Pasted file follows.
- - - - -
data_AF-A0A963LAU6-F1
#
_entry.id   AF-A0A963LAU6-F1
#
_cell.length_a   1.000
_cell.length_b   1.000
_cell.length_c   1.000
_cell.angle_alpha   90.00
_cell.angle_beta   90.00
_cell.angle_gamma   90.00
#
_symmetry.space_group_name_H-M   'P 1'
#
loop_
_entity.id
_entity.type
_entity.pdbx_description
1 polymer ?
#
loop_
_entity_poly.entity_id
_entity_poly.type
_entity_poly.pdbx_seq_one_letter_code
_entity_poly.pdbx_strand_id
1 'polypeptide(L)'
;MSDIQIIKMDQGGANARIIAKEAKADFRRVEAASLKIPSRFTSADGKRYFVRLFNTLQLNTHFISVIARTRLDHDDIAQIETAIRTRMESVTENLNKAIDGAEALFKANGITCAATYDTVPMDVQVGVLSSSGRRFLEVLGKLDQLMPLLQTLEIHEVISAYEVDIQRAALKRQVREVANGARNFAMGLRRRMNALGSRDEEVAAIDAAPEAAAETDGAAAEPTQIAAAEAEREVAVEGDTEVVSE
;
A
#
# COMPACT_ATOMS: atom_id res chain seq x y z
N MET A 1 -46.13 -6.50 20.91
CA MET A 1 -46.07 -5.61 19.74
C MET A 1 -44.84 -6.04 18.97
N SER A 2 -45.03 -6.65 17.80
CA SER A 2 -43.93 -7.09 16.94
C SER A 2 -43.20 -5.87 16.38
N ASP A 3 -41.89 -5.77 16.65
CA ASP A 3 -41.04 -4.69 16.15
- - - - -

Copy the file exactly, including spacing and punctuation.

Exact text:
data_AF-A0A963LAU6-F1
#
_entry.id   AF-A0A963LAU6-F1
#
_cell.length_a   1.000
_cell.length_b   1.000
_cell.length_c   1.000
_cell.angle_alpha   90.00
_cell.angle_beta   90.00
_cell.angle_gamma   90.00
#
_symmetry.space_group_name_H-M   'P 1'
#
loop_
_entity.id
_entity.type
_entity.pdbx_description
1 polymer ?
#
loop_
_entity_poly.entity_id
_entity_poly.type
_entity_poly.pdbx_seq_one_letter_code
_entity_poly.pdbx_strand_id
1 'polypeptide(L)'
;MSDIQIIKMDQGGANARIIAKEAKADFRRVEAASLKIPSRFTSADGKRYFVRLFNTLQLNTHFISVIARTRLDHDDIAQIETAIRTRMESVTENLNKAIDGAEALFKANGITCAATYDTVPMDVQVGVLSSSGRRFLEVLGKLDQLMPLLQTLEIHEVISAYEVDIQRAALKRQVREVANGARNFAMGLRRRMNALGSRDEEVAAIDAAPEAAAETDGAAAEPTQIAAAEAEREVAVEGDTEVVSE
;
A
#
# COMPACT_ATOMS: atom_id res chain seq x y z
N MET A 1 -46.13 -6.50 20.91
CA MET A 1 -46.07 -5.61 19.74
C MET A 1 -44.84 -6.04 18.97
N SER A 2 -45.03 -6.65 17.80
CA SER A 2 -43.93 -7.09 16.94
C SER A 2 -43.20 -5.87 16.38
N ASP A 3 -41.89 -5.77 16.65
CA ASP A 3 -41.04 -4.69 16.15